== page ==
“We’d like to have a more robust program at the middle and high school too, but we do have services there,” she said. “We’re looking to fill that gap.”
Gittler said that, in addition to helping students, the additional services would help district staff learn how to appropriately intervene in the cases of students who need the extra help. Some of the complicated behaviors that children display are often misinterpreted as disciplinary rather than emotional or psychological, she said.
“My child had school-based anxiety, and it came out as oppositional [behavior],” Gittler said. “It took me two years with someone from the district to understand the cause and effect. People just didn’t have the education.”
Gittler also said she struggled to navigate the insurance system to get her child the necessary services; a full-time coordinator might have been able to help her shorten the window between needing help and finding it.
“There was such a shortage of child psychiatrists, it’s embarrassing,” she said.
“If you have people that have insurance issues, language issues, trying to negotiate the system almost becomes a full-time job time to get the resources.
“[With a counselor], you’ve got someone in your corner who can help you.”
Kaiden said that going out to the public to seek additional, recurring costs for the borough school budget is a difficult ask. She said voters should understand that the value of the additional counseling doesn’t just apply to the population of students who need it at the time, but that it’s “an investment in our kids.
“Everyone most likely knows someone who could benefit from this,” Kaiden said. “Even if you feel like your kid isn’t going to need these services, everyone knows there are kids in your classrooms who aren’t getting their needs met.”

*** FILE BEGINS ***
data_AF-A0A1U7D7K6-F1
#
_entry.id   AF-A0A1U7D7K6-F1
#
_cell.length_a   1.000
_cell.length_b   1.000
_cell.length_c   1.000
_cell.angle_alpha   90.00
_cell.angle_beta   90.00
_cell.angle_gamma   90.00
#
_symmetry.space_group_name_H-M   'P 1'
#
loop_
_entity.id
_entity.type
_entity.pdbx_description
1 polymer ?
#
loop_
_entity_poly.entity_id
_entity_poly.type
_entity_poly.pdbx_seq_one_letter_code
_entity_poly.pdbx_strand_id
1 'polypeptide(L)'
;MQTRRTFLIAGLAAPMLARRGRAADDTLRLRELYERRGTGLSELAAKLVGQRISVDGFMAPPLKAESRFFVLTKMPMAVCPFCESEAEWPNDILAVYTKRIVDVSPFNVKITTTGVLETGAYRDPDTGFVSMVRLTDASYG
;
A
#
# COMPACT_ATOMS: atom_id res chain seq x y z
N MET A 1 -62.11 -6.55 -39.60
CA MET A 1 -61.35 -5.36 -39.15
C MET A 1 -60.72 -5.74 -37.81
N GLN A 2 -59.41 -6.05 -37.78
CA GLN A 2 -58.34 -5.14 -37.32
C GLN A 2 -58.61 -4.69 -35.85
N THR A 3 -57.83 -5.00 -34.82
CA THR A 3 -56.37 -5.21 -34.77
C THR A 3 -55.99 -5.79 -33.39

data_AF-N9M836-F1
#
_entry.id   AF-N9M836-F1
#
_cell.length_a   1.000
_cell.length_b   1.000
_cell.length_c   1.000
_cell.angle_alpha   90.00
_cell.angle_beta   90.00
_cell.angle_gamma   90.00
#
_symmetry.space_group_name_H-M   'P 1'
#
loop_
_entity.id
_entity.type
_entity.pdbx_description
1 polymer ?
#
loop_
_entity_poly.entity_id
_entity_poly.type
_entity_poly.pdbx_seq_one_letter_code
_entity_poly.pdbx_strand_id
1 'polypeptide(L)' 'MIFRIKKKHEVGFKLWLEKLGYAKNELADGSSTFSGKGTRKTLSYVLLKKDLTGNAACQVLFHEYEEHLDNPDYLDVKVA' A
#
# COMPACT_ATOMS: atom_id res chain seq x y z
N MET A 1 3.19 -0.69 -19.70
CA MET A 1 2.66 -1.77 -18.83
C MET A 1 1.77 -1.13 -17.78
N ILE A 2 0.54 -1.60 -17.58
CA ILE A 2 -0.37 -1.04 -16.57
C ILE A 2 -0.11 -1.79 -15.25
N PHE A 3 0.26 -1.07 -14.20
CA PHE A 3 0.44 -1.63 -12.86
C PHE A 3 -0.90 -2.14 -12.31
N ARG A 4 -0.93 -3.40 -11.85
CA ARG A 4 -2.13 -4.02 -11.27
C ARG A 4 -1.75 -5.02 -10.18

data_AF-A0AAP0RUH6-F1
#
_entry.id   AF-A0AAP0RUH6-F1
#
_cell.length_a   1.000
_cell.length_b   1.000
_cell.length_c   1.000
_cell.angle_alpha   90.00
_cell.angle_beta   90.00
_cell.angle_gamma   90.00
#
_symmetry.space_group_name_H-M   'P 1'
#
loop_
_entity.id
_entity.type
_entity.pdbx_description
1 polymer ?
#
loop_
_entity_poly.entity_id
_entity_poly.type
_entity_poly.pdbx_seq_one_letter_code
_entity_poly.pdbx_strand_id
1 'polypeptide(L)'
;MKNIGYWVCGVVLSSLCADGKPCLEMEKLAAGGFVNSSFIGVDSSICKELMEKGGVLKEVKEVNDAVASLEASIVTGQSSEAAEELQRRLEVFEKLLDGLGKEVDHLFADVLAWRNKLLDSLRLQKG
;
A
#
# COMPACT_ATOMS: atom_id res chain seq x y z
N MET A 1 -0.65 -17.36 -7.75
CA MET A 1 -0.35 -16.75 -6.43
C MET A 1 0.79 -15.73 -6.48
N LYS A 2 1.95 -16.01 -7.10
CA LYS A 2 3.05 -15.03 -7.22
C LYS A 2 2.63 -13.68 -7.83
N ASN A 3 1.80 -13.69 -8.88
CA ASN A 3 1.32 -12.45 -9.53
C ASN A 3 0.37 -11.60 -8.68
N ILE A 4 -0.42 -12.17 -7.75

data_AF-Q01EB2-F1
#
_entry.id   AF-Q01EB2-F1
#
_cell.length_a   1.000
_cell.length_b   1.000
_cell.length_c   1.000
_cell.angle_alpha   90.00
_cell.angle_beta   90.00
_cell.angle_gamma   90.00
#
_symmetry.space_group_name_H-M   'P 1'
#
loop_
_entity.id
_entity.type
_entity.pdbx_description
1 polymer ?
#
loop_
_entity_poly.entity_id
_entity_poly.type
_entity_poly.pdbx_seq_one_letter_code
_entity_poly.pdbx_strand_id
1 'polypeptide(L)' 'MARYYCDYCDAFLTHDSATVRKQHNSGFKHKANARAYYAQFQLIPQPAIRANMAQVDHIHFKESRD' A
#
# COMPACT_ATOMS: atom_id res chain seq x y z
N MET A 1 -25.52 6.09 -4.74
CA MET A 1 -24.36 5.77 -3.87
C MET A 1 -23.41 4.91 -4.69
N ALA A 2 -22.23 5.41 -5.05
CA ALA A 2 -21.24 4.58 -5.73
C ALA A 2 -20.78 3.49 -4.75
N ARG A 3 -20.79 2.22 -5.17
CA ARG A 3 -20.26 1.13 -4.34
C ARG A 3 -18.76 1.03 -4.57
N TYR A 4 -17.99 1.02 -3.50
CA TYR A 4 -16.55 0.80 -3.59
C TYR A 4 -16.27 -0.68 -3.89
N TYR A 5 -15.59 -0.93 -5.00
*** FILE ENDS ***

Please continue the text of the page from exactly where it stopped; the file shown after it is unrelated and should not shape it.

If mental health services are more readily available, “perhaps more attention from the teachers could go for academics and less on behavior management,” she said.
Gittler said the cost metrics of the ballot question are also more affordable than other alternatives, including present interventions.
“You’re paying for a home inspection, the district pays $35 an hour for tutors—and if you don’t have an IEP it’s five hours a week,” she said. “If a patient gets sent for intensive inpatient or outpatient [treatment], it gets expensive. And then there’s the kids who never get back to school, their anxiety’s so bad.”
Brooks maintains that the ballot question is fundamentally one of equity. Additional mental and behavioral health services will not only serve current students, but also can help build additional capacity for the needs of future classes.
“Consistency is one of the biggest points of this,” she said. “We’re looking for as many different ways to remove barriers as we possibly can.”
The BOE will host a pair of public information sessions for voters ahead of Election Day. They are slated for Thursday, October 24 at 6:30 p.m. in the Mark Newbie School cafeteria and Monday, November 4, at 7 p.m. in the Zane North cafeteria.